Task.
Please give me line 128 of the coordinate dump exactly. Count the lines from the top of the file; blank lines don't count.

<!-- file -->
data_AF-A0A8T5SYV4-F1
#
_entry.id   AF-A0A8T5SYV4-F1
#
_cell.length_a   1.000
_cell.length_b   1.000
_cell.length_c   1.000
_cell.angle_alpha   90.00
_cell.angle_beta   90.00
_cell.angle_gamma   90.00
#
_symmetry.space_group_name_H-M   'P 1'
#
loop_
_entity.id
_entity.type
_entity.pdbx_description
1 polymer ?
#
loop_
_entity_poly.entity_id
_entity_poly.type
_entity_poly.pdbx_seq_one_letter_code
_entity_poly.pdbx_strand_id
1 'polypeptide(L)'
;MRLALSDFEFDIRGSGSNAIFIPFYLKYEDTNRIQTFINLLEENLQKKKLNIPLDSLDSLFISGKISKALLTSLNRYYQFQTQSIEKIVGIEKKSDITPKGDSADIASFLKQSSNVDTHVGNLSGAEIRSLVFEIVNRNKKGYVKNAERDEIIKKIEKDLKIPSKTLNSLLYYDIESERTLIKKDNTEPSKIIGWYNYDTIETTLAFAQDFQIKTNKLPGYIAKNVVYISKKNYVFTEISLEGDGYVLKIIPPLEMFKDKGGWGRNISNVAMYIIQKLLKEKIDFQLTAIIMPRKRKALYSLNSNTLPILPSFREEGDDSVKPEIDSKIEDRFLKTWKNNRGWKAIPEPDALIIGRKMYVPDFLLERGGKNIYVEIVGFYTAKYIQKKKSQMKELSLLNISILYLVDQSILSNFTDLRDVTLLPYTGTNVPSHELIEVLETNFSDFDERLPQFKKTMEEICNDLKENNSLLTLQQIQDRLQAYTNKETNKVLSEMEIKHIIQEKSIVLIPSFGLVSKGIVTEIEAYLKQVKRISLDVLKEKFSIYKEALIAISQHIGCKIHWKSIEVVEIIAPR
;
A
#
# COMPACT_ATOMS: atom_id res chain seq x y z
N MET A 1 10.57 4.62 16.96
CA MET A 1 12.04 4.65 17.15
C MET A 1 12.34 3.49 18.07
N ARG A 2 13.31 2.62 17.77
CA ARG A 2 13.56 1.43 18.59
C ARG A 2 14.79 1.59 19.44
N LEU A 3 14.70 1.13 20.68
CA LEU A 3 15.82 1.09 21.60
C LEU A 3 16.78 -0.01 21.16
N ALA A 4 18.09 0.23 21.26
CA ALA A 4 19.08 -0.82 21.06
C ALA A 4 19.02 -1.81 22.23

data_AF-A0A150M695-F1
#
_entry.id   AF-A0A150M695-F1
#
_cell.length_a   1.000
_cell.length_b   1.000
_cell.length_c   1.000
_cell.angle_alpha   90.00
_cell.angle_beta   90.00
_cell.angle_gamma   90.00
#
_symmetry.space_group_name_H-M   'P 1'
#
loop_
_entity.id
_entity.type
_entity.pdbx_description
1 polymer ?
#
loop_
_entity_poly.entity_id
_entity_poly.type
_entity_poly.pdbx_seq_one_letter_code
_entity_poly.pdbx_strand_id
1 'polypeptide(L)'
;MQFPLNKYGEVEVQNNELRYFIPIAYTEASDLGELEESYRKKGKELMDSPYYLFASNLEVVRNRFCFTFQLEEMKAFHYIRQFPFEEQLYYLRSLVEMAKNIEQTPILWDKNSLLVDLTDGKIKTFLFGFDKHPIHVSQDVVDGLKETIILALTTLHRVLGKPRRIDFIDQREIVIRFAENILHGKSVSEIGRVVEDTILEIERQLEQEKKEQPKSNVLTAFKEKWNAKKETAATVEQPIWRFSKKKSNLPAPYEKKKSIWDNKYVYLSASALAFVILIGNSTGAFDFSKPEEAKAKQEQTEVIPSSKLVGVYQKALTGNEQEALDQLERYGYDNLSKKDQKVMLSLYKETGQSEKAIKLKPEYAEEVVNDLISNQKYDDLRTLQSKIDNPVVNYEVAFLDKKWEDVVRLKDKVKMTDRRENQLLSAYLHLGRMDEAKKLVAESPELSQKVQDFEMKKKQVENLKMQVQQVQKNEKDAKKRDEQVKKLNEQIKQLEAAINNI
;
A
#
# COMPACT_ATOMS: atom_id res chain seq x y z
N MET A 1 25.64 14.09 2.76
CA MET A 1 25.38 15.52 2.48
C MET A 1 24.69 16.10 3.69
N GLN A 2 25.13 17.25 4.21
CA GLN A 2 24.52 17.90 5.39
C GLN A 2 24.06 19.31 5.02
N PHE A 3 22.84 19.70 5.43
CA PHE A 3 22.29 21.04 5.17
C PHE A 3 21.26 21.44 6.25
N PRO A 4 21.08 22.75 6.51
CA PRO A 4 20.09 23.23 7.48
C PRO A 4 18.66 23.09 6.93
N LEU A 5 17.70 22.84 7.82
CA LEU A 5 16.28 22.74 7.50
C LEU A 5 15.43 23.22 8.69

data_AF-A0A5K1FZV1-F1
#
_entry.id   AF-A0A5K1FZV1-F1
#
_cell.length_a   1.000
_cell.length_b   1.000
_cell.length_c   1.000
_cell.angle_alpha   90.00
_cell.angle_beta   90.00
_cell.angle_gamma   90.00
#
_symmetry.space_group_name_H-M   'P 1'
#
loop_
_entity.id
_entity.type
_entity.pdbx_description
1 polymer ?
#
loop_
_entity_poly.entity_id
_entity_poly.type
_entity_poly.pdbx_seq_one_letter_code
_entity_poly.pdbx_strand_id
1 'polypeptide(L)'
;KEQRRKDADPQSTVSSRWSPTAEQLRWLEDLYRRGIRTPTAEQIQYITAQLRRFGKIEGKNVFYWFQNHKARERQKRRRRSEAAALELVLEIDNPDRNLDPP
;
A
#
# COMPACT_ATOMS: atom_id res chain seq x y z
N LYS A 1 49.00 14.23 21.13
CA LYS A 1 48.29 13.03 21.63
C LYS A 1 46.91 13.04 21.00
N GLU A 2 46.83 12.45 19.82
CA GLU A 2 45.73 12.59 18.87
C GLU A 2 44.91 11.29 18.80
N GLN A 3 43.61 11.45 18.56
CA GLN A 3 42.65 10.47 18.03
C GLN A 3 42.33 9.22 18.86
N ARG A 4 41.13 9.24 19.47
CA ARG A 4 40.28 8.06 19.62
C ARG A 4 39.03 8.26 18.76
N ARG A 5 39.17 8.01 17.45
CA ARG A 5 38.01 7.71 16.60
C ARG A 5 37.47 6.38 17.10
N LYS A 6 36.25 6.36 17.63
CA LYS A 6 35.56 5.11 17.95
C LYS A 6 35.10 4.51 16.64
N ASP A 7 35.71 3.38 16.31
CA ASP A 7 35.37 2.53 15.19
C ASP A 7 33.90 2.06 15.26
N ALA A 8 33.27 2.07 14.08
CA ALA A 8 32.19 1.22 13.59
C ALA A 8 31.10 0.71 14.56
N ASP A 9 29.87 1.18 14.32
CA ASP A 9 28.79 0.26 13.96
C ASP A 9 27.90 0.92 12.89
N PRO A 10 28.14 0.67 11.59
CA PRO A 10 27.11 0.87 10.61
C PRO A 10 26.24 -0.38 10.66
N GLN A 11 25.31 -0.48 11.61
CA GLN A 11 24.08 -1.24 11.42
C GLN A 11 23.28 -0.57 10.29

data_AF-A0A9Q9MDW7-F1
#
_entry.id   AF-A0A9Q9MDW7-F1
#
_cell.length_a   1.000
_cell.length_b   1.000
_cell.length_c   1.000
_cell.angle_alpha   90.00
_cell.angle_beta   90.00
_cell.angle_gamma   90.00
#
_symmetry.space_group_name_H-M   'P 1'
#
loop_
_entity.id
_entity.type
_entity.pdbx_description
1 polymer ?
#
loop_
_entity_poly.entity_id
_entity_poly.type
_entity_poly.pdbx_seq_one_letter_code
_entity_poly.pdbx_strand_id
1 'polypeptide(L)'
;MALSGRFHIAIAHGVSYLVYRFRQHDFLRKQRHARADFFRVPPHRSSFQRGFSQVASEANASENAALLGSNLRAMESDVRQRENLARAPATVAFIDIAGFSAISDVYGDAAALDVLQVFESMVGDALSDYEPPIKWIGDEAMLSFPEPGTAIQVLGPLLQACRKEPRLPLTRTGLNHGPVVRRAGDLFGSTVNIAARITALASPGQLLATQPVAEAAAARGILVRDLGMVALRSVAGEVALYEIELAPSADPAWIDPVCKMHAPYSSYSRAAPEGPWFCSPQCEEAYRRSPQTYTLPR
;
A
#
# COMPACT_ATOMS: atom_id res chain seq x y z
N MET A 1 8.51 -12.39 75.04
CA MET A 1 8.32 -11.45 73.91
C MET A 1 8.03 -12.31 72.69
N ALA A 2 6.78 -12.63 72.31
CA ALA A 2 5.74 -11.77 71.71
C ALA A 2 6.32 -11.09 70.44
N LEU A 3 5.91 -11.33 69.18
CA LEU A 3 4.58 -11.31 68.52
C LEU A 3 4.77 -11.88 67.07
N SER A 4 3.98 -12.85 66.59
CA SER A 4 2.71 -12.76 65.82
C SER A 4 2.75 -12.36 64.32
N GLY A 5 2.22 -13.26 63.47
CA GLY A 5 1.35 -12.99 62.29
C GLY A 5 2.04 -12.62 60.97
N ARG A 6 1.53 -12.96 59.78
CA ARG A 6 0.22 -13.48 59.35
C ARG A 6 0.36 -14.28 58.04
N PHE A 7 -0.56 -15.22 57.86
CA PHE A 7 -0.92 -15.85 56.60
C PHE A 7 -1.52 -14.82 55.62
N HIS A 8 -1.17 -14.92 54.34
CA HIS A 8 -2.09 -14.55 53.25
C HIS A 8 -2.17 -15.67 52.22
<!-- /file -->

CA ARG A 4 40.28 8.06 19.62